Flaxseed is derived from the flax plant, which also yields fibers used to make linen fabrics. The flax plant also produces flaxseed oil, which is sold in both industrial- and food-grade forms. When shopping for flaxseed, you might come across golden and brown varieties—both taste lightly nutty, but brown flaxseed has a slightly earthier flavor.
Why Eat Flax Seeds?
Flaxseed is a source of healthy fat, antioxidants, and fiber; modern research has found evidence to suggest that flaxseed can also help lower the risk of diabetes, cancer, and heart disease.
Here’s a an easy Apple and Flax Seed Porridge Recipe that we got inspiration from The Organized Pantry.
This Apple and Flax Seed Porridge recipe is gluten-free, dairy-free, nut free and vegan.
- 1/2 cup flax seed
- 1/2 cup apple sauce
- 1 tsp cinnamon
- 2 tbs agave
- 1 cup cashew milk
To a stove top pan:
- Add 1/2 cup of ground flax seeds
- Add 1/2 cup apple sauce (we used plain)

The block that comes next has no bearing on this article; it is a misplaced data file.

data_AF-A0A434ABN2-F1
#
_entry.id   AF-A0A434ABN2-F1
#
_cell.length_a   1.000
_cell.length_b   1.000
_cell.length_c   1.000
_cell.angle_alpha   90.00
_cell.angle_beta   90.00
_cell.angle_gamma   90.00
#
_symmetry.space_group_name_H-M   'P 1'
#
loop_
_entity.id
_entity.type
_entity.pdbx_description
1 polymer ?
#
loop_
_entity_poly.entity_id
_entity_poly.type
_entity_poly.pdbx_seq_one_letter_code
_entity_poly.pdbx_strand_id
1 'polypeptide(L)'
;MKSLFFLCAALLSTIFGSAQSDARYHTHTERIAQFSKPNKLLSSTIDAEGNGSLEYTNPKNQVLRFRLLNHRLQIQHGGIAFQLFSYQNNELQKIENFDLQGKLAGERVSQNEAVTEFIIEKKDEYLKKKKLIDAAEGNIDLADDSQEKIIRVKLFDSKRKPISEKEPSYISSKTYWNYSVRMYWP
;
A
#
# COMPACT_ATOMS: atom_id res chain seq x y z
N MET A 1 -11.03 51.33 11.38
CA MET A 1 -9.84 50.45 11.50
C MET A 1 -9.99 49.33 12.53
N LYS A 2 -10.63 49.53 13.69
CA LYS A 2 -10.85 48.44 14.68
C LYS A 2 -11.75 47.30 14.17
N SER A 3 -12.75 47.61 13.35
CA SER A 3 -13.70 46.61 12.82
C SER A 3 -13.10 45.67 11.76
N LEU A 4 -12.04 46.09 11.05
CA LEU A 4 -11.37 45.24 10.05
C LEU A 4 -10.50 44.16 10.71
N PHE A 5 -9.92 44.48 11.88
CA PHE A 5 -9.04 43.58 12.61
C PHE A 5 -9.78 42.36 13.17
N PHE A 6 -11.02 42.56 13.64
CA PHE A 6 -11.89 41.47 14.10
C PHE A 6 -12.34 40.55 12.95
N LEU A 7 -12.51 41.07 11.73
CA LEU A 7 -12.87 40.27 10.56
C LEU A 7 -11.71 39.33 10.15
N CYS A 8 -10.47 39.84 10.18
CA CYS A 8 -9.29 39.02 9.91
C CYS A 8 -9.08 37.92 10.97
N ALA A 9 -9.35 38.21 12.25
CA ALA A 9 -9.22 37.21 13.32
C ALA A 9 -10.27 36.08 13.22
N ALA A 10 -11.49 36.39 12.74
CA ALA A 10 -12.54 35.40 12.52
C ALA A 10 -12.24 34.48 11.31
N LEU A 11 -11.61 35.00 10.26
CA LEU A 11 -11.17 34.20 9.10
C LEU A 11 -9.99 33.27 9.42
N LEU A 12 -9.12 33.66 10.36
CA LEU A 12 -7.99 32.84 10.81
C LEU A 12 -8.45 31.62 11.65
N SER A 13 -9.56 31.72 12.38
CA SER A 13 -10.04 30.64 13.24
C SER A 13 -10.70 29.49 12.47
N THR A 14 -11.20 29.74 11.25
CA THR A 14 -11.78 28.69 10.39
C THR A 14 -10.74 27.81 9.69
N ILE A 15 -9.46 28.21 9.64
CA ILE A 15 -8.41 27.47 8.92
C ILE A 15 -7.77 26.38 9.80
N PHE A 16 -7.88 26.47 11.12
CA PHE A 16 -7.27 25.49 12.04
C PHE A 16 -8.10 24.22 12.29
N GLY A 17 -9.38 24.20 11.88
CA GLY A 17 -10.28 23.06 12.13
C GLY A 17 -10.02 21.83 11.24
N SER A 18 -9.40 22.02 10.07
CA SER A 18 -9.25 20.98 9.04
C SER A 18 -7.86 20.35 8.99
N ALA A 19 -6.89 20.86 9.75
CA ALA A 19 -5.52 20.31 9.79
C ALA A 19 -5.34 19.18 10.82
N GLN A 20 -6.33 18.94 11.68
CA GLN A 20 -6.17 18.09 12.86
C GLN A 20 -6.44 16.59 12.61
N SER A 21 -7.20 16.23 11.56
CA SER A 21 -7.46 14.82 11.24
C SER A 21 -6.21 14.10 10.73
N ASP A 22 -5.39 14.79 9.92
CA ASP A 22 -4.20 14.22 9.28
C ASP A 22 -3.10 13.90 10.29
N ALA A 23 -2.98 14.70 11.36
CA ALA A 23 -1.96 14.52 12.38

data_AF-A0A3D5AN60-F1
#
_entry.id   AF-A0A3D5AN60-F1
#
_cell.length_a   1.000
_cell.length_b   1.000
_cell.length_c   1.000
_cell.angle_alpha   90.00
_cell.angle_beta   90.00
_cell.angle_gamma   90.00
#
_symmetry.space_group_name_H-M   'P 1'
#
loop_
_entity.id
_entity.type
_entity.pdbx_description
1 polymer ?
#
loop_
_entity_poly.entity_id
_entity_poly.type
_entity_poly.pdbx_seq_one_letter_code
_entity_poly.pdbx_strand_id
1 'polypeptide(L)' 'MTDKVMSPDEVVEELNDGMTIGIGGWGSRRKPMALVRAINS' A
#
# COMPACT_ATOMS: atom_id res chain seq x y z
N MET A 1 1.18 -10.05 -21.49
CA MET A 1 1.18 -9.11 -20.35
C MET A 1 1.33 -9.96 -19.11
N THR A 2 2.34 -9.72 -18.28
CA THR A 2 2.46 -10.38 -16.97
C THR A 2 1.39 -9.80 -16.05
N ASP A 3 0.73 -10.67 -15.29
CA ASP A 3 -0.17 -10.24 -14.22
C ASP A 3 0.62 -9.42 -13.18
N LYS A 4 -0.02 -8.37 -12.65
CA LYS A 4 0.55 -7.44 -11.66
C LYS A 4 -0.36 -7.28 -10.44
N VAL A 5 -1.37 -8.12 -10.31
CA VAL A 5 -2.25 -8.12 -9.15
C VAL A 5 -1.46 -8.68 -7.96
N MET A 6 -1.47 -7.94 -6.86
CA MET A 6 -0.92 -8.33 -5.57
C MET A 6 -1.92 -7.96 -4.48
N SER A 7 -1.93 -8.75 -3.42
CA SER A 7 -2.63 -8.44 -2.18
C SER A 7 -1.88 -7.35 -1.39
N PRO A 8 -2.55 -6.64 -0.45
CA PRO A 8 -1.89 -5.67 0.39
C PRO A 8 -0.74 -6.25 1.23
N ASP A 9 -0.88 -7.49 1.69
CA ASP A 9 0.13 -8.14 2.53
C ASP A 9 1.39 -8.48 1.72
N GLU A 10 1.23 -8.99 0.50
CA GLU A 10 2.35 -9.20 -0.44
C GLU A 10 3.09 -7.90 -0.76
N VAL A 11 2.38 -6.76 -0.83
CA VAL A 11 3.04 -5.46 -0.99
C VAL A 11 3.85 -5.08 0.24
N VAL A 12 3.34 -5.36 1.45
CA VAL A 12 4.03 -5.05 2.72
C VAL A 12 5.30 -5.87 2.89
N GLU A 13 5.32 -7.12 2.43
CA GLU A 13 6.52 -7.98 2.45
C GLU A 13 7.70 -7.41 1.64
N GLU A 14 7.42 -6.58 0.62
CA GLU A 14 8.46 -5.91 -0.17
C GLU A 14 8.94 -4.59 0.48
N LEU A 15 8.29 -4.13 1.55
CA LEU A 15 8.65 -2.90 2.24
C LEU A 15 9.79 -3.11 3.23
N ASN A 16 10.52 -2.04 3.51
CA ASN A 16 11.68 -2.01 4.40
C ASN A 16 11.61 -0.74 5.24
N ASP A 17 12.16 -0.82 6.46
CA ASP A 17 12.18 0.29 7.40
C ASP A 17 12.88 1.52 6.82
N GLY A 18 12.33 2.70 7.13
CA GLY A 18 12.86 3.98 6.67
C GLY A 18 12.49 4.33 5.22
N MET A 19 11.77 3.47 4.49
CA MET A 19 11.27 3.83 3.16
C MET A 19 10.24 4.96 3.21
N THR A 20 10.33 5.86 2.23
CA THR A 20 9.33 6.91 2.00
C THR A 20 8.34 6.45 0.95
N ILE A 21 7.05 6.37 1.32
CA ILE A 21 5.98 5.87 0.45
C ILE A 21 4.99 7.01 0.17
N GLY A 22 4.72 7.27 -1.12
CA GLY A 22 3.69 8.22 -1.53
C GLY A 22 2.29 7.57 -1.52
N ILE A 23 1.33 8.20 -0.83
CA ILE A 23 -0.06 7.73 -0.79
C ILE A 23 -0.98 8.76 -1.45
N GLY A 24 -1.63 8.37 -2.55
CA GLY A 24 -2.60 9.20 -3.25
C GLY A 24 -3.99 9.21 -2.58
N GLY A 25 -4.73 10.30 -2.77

- Add 1 tsp cinnamon
- Add 2 tbs agave (we like it sweet!)
- Add 1 cup cashew milk (we tried Forager Project)
- Place on medium high heat and continue to stir until the porridge thickens, about 10 minutes.
*note: you do not want to overheat or else the porridge will become too thick
- They rank #1 source of lignans in human diets. Flaxseeds contain about 7 times as many lignans as the closest runner-up, sesame seeds.
- King Charlemagne of the 8th century believed so strongly in the health benefits of flaxseed that he demanded his loyal subjects eat the seeds and passed laws to make sure of it.
- When buying flax seeds, make sure to look for bottles and bags that have opaque packaging, as light can damage sensitive nutrients in the flaxseed and cause its oils to go rancid
- Amongst its other incredible nutrition facts, flax seeds are also packed with antioxidants. Lignans are unique fiber-related polyphenols that provide us with antioxidant benefits for anti-aging, hormone balance and cellular health.